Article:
The agent told me that their boilers have stickers on the underside of them, which show the model and the serial number of the boiler. Just like many other appliances that we buy. Well, it seems that many customers don’t like the white colour of this sticker and ring them up asking for a different colour!

Yes, we’re not the only ones that get the weird calls.

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Wrong Numbers

We get a lot of wrong numbers coming through at the call centre. Most of them don’t bother us at all. The customer apologises and redials. However, the ones that do annoy us are just like the one I had today.

CUSTOMER: ‘I’m ringing on behalf of Mr…. You installed a boiler in his flat and you’ve left a load of rubbish there. When are you going to move it?’

ME: ‘We don’t install boilers. How did it for you?’

CUSTOMER: ‘… did it.’

ME: ‘Well, why don’t ring that company? You may get an answer if you ask the people who actually did the job.’

CUSTOMER: ‘Why can’t you do it?’

ME: ‘Because we are not…, and we didn’t do the job. May I suggest that you ring the right people.’

Fortunately these type of calls don’t happen that often. Most people are sensible enough to get the number for the company they wish to speak to, and not whatever number that just happens to appear first.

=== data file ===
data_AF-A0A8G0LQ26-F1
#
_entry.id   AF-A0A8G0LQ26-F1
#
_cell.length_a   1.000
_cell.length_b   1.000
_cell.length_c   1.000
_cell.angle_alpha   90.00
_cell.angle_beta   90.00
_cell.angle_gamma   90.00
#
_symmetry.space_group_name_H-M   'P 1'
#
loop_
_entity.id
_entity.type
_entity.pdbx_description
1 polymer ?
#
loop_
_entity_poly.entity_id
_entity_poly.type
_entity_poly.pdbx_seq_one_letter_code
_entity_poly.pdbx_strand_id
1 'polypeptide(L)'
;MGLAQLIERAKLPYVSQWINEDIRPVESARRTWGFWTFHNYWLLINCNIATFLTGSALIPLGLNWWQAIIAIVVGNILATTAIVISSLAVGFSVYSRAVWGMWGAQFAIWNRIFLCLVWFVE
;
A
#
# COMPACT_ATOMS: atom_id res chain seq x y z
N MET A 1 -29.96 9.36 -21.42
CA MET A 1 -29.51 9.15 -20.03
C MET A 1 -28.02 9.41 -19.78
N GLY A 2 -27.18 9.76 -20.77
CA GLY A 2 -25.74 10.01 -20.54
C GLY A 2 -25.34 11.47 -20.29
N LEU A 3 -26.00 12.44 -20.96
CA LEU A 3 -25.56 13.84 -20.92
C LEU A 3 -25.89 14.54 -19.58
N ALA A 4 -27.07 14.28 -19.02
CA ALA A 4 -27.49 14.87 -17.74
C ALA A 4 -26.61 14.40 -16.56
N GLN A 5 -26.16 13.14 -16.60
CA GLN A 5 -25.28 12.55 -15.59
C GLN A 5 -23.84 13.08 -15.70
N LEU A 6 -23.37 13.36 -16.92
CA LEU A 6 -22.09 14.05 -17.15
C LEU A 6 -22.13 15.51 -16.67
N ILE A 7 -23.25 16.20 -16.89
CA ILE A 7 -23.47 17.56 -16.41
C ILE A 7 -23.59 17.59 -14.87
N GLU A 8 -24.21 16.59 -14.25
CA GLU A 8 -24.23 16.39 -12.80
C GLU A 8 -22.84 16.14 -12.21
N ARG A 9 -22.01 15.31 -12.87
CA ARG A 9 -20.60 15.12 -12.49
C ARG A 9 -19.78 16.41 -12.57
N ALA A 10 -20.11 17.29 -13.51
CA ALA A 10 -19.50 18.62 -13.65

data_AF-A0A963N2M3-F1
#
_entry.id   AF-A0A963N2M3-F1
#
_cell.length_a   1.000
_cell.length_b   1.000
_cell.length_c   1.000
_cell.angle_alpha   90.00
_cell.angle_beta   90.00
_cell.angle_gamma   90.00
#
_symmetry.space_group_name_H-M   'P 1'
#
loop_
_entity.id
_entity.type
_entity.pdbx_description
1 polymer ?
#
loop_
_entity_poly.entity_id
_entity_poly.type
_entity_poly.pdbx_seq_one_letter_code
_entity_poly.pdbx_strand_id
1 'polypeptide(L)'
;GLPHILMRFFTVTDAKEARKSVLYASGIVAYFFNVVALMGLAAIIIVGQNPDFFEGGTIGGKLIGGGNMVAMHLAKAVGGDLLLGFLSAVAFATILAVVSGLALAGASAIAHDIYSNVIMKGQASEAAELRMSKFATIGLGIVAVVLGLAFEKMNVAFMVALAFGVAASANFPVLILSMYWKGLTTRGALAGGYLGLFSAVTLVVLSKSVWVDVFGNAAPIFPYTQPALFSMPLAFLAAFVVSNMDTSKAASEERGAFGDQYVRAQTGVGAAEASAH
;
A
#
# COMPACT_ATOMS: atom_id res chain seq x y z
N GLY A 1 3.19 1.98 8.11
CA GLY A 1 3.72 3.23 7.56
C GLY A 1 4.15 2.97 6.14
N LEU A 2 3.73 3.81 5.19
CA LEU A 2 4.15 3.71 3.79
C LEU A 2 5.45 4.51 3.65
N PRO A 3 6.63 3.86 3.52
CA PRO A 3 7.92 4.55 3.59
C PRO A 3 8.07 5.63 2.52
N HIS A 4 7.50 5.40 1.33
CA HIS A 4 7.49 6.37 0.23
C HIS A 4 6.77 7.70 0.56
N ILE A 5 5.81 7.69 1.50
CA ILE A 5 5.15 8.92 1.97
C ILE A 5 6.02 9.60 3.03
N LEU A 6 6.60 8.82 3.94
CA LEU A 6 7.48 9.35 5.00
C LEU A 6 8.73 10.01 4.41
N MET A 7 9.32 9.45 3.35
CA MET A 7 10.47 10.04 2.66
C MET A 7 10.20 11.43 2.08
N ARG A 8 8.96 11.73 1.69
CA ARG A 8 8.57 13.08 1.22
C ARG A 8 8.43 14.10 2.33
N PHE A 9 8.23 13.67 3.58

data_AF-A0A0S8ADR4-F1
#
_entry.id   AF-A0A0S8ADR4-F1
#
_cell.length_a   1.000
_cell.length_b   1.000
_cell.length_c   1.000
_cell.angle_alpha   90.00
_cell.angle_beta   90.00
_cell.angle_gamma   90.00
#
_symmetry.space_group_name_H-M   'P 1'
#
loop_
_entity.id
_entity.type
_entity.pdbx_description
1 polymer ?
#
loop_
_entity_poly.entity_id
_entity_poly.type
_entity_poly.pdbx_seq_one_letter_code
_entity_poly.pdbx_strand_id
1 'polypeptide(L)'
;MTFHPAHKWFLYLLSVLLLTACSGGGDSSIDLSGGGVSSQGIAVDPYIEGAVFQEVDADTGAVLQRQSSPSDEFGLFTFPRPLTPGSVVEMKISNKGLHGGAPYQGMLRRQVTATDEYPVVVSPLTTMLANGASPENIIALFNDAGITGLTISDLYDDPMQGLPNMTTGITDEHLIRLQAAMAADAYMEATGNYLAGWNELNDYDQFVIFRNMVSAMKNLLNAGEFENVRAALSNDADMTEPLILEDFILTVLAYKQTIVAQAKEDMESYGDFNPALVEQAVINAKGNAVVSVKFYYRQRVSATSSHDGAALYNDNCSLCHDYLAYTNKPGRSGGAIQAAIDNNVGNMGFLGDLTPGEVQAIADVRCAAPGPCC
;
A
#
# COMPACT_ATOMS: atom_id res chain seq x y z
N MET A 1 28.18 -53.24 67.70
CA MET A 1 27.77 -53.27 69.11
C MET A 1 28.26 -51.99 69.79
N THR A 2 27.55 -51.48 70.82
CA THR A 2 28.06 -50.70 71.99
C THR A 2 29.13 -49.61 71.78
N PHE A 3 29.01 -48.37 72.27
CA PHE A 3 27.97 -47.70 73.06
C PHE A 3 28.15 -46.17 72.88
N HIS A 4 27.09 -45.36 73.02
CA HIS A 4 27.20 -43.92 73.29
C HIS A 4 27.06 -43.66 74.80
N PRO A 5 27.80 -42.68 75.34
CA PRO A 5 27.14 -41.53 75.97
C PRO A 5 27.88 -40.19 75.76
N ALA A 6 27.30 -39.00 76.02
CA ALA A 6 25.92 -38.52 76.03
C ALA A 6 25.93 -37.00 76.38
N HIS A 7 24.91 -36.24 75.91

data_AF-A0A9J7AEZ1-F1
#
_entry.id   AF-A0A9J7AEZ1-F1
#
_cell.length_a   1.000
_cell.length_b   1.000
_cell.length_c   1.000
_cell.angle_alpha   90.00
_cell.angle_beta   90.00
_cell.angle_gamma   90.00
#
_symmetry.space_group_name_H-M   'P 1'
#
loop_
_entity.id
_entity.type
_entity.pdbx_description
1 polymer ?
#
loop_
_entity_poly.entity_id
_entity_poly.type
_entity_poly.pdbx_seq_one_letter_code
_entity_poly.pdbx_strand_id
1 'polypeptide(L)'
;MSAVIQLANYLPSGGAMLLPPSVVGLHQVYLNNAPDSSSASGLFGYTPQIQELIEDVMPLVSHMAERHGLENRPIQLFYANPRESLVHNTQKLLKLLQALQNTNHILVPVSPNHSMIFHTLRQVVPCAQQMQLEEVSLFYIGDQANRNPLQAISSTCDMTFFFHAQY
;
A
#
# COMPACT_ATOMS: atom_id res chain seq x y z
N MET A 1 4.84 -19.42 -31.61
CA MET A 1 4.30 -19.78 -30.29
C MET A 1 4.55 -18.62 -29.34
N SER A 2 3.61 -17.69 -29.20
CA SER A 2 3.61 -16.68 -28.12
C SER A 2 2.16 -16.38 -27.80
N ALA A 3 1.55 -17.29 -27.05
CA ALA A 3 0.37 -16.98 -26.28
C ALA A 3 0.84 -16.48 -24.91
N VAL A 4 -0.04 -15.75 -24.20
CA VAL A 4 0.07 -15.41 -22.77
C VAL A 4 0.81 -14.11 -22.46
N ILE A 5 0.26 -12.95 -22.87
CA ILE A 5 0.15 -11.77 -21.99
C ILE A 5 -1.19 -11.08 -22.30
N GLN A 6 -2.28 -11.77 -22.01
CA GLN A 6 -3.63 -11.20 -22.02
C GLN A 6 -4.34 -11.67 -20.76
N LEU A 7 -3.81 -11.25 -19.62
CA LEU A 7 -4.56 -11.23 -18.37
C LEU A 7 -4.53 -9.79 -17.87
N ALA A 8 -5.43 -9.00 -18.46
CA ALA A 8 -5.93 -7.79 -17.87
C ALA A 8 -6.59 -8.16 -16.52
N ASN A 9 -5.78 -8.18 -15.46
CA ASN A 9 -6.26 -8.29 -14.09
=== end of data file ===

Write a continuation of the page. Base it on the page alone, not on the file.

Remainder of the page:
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Questions And Answers

We have to ask customers a multitude of questions at the call centre, to get the answers we need to set up the policy they require. Here are a few examples of the questions I ask and the answers I get:

ME ‘Can I have your full address please?’
CUSTOMER ‘Errr. Ummmmm. Errr. I think it’s…’

ME ‘Can I have your full address please?’
CUSTOMER ‘It’s sw10.’

ME ‘What’s the model of your boiler?’
CUSTOMER ‘It’s a combi.’

ME ‘What’s the model of your boiler?’
CUSTOMER ‘That’s a good question.’

ME ‘What’s the model of your boiler?’
CUSTOMER ‘It’s one of them on the wall.’

ME ‘Can I have your policy number please?’
CUSTOMER ‘The originators number is…’

ME ‘Can I have your policy number please?’
CUSTOMER ‘My phone number is…’

ME ‘Can I have your policy number please?’
CUSTOMER ‘I phoned your number.’

ME ‘Can I take the reference off the letter? It starts with the letters…’
CUSTOMER ‘There’s a number at the side. It’s 010287…’

The worst one out of all of them? For me it’s the address. There are too many adults in the UK who do not know what their full address is or what the term ‘full address’ means. It’s shocking. But this is what we have to deal with every day.


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Call Centre Hassles